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The Storm And Aces Played A Game That Was Too Good To End

Sue Bird #10 of the Seattle Storm reacts after the Las Vegas Aces tied the game at the end of the fourth quarter of Game Three of the 2022 WNBA Playoffs semifinals at Climate Pledge Arena on September 04, 2022 in Seattle, Washington.
Steph Chambers/Getty Images

I'm not sure a game has ever been so misrepresented by its final score. The Aces took Game 3 of the WNBA semifinals in overtime in Seattle on Sunday afternoon, 110-98, but everyone who watched it will remember feeling like four or five different shots in regulation were "the game-winner," that the story of the game changed completely with each late possession.

Was it going to be The Ezi Magbegor Game, won by the Storm's young big chipping in off the bench? Was it going to be the Steph Talbot Game, her career-high 12 playoff points all coming in the fourth quarter? Was it going to be the Riquna Williams Game, Seattle's victory in jeopardy when she hit a clutch three to bring Vegas within one after Tina Charles missed a pair of free throws? Maybe it would be the A'ja Wilson Game; she did what no one does better, finishing through a defender to give Vegas a one-point lead. Out of the timeout, Sue Bird made a corner three and said this would be the Sue Bird Game. Hers was a pretty convincing declaration at the time.

Both teams summoned dagger after dagger after dagger in the last quarter, but everyone's wounds kept healing. Neither team would die in this ATO/execution clinic. After each shot, I kept making the Pat Mahomes clock management joke—that there was Too Much Time for Breanna Stewart, for A'ja Wilson, for Kelsey Plum—but the joke resembled reality a little too closely to be funny. There wasn't even a full second left on the clock. How it managed to be the Jackie Young Game is anyone's guess. She hit a curiously easy shot at the buzzer to send it to overtime, and from there, Chelsea Gray took over and Vegas cruised.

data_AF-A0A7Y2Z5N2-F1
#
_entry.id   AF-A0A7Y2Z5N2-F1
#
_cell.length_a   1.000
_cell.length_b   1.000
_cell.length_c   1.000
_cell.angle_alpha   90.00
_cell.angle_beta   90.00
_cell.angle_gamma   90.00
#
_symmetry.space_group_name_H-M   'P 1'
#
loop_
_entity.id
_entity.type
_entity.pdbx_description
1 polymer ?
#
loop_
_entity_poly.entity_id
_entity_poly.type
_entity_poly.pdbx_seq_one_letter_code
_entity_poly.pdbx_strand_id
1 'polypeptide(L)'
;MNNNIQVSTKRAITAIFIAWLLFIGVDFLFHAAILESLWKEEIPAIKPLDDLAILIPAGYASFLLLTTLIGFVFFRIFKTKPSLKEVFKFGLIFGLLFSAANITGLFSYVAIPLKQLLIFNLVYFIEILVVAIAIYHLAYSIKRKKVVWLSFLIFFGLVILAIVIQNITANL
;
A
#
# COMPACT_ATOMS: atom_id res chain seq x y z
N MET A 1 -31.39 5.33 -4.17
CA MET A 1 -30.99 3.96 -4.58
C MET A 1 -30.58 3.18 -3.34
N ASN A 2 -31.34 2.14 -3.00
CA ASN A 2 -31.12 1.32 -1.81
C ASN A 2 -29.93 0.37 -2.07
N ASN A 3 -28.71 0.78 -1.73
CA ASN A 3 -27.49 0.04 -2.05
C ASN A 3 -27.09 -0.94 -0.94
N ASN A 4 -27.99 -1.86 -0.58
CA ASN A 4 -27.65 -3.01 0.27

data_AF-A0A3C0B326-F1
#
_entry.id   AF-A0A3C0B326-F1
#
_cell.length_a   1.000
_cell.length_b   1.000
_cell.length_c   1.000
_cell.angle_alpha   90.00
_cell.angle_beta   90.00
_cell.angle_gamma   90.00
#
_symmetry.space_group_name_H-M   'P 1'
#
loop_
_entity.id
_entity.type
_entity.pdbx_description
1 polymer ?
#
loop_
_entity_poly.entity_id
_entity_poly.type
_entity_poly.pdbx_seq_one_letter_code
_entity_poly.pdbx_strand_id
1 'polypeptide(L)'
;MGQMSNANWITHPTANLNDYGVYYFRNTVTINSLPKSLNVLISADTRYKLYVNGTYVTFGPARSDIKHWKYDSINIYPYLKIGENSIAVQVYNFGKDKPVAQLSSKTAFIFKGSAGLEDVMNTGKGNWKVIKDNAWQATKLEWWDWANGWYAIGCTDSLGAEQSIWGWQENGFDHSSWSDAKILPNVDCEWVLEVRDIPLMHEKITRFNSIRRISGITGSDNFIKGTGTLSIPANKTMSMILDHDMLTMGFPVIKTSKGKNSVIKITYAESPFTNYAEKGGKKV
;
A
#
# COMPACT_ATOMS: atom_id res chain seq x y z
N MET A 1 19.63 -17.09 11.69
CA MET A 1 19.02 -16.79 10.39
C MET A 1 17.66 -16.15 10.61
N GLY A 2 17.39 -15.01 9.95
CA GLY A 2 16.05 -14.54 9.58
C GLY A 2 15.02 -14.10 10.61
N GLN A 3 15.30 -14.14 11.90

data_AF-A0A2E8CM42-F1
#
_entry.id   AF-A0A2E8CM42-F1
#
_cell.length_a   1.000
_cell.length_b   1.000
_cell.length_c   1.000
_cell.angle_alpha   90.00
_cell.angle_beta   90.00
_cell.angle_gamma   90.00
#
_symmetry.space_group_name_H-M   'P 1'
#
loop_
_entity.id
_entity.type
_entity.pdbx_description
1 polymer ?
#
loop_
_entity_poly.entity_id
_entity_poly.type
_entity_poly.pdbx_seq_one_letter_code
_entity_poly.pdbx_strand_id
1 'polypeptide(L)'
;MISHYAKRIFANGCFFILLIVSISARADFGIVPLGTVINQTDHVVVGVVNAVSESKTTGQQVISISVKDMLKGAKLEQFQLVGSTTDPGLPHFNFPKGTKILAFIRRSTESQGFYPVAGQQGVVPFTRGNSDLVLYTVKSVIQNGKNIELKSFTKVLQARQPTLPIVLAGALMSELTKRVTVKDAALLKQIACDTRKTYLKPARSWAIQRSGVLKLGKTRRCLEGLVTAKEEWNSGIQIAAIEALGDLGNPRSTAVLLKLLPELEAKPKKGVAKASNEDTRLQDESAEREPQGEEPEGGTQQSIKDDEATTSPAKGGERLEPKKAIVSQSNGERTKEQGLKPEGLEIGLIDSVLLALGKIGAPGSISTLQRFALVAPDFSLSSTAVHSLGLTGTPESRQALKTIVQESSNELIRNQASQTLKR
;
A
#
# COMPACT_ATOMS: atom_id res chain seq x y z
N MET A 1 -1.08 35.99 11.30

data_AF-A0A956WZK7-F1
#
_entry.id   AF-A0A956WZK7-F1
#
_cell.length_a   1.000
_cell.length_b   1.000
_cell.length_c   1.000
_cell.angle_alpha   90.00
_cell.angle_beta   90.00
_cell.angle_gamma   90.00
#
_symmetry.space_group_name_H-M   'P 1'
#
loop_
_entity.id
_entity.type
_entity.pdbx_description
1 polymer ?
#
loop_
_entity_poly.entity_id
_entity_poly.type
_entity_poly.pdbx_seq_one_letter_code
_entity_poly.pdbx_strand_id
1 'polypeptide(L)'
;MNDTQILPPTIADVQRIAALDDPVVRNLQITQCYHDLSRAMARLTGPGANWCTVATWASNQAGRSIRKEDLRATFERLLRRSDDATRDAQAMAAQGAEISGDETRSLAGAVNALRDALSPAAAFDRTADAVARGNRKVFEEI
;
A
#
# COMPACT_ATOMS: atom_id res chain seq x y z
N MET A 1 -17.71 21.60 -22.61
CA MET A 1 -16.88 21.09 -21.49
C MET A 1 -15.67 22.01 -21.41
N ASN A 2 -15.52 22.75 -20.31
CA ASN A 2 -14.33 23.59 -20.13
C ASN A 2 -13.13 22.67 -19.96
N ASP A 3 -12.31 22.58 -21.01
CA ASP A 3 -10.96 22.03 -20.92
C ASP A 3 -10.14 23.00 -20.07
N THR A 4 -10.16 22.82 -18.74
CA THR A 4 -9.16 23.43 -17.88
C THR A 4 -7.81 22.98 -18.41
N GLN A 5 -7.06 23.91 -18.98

The veteran Gray, Vegas's postseason hero this year, was asked how the game ranked among her past playoff experiences, and her description of the emotions she felt playing in this game rang true to anyone who watched it. "There was so many back-and-forth—Oh, they're going to win it. Oh, no, they're going to win it. Oh, now we're going to overtime," she said. "That's what playoff basketball is all about. It felt good." And yet, as Bird pointed out in her postgame press conference, Seattle had chance after chance to close the game out after their fourth-quarter surge. The suspense might have been avoided with those free-throw makes or some sharper defense. "We were up four with not a lot of time left and that's really where we lost the game. Letting them take the lead—so that means they scored, what, five points in three seconds?" Bird said. "I understand the last plays are going to stick out because they're dramatic and exciting and I'm sure it was great TV, but we were up four."

What was great TV for us stings for the Storm, who can no longer win the series at home and instead must stave off elimination when they play the Aces Tuesday night. One game is one game and a loss is a loss, but this one feels like it could be particularly difficult for Seattle to recover from. "We had the game and we gave it to them. And that's really it," Stewart said. The Storm haven't quite looked the well-oiled machine they did in their 2020 playoff run or in the later stretch of the regular season; they'll need to find that gear quickly to survive. But all hope isn't lost. It can't be, with Breanna Stewart, Jewell Loyd and Sue Bird on the team. If this game taught us anything, it's that there's no such thing as a dagger.

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